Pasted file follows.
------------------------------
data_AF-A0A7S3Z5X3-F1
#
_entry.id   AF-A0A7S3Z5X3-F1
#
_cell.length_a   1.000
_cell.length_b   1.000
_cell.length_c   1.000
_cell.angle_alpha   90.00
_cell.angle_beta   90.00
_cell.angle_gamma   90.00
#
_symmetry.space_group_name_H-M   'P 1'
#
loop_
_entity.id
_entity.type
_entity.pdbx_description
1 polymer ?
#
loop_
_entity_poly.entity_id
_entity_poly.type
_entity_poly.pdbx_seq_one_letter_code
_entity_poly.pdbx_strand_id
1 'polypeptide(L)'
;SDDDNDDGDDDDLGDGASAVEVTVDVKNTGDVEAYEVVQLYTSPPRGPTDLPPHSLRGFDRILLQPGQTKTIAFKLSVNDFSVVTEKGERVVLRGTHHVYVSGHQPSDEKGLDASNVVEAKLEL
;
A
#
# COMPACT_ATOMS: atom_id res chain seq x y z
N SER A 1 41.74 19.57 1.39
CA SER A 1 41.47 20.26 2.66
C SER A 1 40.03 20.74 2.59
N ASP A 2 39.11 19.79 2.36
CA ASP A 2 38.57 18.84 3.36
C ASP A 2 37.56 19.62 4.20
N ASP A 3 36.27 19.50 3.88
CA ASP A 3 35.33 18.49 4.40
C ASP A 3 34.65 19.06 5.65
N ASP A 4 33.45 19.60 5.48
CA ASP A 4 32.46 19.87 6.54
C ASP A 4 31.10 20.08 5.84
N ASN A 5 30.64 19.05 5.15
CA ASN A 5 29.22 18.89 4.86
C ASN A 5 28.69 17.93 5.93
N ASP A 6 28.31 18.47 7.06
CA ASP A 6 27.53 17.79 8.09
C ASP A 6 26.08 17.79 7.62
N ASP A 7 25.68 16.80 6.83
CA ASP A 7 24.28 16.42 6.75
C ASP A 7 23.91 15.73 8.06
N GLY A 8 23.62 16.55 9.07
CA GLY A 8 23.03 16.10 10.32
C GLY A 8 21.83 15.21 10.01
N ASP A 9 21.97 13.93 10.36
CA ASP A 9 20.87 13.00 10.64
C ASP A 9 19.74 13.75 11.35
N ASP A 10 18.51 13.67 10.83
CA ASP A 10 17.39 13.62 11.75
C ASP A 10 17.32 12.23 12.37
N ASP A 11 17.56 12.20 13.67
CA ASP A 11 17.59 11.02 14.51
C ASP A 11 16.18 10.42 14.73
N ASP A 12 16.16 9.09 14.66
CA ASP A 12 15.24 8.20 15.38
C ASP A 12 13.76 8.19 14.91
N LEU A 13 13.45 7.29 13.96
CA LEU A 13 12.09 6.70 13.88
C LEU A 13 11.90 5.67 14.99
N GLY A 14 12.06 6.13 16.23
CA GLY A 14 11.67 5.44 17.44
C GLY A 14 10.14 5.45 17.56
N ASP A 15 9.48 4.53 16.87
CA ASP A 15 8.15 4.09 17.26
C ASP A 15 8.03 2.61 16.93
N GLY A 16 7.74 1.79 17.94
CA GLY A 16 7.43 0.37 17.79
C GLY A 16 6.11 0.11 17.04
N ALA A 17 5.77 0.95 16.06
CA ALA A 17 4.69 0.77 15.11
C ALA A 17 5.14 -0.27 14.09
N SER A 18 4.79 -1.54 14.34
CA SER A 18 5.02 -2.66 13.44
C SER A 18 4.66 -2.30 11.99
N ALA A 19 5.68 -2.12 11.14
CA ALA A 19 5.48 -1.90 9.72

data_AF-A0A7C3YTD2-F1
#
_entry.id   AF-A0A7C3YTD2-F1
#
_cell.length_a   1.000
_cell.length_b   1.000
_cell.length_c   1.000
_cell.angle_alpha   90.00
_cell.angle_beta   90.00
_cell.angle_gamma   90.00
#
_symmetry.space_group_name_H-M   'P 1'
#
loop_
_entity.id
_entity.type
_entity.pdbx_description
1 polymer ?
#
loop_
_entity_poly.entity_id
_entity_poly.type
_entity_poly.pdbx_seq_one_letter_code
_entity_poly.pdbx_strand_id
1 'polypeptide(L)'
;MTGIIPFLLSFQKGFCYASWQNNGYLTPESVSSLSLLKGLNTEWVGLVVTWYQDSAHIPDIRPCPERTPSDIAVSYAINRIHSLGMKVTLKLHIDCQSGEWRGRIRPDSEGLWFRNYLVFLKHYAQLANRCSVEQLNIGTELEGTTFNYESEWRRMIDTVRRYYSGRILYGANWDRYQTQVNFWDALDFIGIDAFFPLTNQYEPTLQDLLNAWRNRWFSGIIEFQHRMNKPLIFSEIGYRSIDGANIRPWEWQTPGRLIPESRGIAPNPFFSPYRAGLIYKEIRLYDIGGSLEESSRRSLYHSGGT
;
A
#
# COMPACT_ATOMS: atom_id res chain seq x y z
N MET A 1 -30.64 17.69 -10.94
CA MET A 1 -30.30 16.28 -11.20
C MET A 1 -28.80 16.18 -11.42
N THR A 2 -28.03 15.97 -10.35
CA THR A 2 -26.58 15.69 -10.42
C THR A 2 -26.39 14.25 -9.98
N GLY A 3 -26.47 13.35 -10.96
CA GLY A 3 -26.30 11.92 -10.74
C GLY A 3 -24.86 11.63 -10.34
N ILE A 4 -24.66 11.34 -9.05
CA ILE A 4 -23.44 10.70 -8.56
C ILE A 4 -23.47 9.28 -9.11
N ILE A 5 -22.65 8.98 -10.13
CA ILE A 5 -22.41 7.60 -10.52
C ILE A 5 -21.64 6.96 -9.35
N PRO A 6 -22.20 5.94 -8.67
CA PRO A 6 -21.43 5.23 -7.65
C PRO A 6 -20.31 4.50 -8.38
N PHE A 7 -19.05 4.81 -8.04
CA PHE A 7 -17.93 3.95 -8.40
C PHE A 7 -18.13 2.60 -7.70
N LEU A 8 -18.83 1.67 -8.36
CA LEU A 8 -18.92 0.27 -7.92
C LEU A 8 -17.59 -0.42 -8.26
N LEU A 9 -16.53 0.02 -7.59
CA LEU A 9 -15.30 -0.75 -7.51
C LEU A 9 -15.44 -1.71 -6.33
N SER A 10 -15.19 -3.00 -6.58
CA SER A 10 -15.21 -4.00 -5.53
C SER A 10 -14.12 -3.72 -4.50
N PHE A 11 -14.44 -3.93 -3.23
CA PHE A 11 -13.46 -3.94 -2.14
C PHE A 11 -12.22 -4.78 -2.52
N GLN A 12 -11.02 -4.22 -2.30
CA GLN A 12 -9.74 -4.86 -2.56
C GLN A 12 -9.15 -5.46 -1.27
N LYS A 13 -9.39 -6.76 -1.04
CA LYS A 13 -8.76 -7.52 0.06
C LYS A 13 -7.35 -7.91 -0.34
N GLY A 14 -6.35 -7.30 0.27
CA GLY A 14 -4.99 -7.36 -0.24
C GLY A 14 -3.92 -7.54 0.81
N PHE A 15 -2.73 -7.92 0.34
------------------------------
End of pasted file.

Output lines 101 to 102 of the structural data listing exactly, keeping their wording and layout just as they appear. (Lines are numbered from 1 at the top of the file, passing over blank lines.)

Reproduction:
_entity.id
_entity.type